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So for people with ID, who are foreigners in the country, in most cases it is OK simply to find a quite place on the train, wait for the ticket inspector and kindly explain to them your situation (imaginary or not). In a lot of countries the law says they are obliged to write you a fine (which you will never have to pay as long as you give a fake address or say you don't have one) but they may kick you off. They may also threaten to call the police. It depends on each person how they prefer to deal with this - whether to argue or not, whether to plea or not but just keep calm as if you get aggressive it is a valid reason to get the cops on you. In case that a ticket inspector actually calls the police without a valid reason (no ID, being aggressive) don't panic, the most that can happen is they search you and/or escort you off the train station.
Generally, when choosing which train to take, opt for express trains - those with fewest stops, as you are unlikely to get far with regional ones - and you may get stuck in a station where almost no trains stop. It's very useful to memorize (or write down) the timetable, so that you instantly know which is the best train to take after you get kicked out of the previous one.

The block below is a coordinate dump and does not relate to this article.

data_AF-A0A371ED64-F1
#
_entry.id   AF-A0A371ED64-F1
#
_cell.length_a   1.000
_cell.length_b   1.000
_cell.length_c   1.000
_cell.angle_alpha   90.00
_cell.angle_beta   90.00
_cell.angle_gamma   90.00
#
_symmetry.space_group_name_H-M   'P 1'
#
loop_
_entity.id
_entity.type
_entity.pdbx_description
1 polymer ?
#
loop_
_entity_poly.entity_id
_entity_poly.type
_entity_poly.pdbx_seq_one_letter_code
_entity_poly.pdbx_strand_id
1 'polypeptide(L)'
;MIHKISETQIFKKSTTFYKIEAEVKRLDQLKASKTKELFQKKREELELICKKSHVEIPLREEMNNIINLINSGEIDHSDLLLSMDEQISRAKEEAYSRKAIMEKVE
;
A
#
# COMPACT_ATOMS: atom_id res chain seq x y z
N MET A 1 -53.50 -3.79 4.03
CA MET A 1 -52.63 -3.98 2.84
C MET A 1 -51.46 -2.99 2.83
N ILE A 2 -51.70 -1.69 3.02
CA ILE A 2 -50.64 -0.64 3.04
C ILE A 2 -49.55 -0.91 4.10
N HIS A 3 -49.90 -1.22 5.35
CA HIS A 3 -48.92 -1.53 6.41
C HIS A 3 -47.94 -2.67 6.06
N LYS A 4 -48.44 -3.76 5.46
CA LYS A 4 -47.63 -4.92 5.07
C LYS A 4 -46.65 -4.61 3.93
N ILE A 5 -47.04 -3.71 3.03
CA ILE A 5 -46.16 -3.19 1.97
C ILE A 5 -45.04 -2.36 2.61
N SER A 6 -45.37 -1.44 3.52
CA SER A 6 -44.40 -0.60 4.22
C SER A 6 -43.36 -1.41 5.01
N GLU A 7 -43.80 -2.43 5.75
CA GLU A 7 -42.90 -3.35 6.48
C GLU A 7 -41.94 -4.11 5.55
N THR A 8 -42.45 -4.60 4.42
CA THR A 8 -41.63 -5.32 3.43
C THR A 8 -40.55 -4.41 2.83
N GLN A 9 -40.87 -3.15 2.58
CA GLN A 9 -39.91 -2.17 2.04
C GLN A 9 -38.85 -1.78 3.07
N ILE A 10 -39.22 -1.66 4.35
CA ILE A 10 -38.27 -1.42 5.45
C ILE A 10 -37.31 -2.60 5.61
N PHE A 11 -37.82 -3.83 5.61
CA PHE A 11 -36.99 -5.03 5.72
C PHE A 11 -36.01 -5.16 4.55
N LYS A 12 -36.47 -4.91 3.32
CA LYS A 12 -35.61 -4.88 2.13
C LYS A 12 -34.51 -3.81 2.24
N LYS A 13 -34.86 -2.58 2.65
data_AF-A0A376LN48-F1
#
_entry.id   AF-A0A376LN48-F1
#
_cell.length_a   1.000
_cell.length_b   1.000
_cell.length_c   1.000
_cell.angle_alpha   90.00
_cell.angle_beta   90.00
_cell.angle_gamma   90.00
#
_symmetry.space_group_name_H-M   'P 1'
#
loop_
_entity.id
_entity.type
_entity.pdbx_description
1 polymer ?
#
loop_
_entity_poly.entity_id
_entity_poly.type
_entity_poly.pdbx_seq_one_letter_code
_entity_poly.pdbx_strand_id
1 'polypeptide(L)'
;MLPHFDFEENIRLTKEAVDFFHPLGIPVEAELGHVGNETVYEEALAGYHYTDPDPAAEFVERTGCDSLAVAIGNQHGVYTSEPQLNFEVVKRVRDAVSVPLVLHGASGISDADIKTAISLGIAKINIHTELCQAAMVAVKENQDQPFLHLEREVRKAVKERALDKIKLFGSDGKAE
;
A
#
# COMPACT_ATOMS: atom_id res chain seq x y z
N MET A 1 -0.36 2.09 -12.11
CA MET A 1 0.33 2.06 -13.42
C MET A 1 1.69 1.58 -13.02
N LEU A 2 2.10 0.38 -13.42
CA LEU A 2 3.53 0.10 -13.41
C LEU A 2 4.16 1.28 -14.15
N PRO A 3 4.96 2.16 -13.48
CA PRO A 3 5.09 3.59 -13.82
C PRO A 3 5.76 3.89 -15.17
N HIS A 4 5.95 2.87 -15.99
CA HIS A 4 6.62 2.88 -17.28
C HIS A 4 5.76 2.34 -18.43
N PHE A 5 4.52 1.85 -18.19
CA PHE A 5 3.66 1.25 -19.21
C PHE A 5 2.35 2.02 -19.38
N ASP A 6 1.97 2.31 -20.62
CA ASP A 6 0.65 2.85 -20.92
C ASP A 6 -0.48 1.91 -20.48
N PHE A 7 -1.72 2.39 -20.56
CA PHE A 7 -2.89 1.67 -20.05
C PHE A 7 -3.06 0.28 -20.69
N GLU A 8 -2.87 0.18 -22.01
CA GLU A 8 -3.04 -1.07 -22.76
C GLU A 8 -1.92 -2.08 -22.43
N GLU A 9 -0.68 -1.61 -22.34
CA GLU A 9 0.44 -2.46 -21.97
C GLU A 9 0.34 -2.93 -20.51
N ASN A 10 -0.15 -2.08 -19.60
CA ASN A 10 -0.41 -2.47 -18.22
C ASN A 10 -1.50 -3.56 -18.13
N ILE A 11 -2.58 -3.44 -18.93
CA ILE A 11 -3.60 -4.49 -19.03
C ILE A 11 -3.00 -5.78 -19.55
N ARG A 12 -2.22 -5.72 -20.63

In central Europe (Czech Republic, Slovakia, Poland, Hungary, Lithuania...) - you can use dance style tat is called short distant ticket trick. Conductor usually check only new passengers and he do not remember their final destination. So you buy ticket only for short distance and you show it to conductor. But after final destination on the ticket you continue journey, sit and sleep. This is not complete free, but cheap. More difficult dance style is similar. Blue dancer come and he check new passengers. You are new but you do not respond
}sleep, look out of window, read a book).
== Searching for train connection and stops during journey ==